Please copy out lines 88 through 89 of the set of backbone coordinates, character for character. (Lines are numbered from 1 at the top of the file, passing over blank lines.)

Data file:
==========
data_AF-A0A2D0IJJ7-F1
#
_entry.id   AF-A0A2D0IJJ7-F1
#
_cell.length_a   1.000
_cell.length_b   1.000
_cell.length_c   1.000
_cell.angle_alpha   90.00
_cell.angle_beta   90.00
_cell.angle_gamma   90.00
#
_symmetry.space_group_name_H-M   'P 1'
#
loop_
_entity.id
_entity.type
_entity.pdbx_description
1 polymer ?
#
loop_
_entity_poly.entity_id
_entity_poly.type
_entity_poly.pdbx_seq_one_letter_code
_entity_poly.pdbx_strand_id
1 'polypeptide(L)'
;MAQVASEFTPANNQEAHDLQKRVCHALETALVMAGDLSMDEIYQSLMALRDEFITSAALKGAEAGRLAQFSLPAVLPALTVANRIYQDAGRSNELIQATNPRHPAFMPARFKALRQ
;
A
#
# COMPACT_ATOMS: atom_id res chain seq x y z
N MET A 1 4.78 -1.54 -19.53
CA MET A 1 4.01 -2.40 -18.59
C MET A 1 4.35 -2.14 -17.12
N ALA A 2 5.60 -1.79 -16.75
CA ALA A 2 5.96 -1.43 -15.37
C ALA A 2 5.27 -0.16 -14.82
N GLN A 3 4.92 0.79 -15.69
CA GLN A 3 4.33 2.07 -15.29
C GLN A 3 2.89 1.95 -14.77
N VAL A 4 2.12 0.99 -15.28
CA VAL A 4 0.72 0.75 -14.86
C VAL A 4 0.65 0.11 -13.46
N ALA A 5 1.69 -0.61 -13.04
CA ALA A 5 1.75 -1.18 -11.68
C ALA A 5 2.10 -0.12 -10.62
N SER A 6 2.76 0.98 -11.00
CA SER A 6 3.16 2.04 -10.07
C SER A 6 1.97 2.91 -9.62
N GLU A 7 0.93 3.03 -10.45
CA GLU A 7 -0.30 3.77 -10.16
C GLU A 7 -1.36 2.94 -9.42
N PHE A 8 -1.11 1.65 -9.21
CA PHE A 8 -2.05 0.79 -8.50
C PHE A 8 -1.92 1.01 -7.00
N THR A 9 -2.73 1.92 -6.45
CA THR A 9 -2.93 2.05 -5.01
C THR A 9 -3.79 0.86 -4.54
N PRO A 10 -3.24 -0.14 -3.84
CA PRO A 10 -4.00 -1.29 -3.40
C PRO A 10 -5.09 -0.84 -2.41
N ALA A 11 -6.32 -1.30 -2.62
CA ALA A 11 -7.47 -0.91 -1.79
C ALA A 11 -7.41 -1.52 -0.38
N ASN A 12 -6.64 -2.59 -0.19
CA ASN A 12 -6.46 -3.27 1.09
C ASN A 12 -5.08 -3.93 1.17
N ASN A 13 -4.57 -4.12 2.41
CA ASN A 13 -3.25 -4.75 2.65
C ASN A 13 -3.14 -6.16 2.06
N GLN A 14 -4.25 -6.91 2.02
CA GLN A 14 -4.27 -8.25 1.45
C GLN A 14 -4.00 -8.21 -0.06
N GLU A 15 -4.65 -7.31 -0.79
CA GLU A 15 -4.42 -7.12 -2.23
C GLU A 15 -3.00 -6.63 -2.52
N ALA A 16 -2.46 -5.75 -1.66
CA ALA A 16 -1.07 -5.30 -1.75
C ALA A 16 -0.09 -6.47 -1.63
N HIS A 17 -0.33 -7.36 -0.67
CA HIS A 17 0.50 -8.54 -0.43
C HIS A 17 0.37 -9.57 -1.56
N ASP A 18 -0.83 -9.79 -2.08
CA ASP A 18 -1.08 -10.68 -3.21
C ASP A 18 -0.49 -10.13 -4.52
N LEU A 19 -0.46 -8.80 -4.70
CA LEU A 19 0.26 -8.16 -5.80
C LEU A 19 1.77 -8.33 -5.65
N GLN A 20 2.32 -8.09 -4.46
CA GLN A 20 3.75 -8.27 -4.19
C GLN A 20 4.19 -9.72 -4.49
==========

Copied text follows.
N GLN A 20 2.32 -8.09 -4.46
CA GLN A 20 3.75 -8.27 -4.19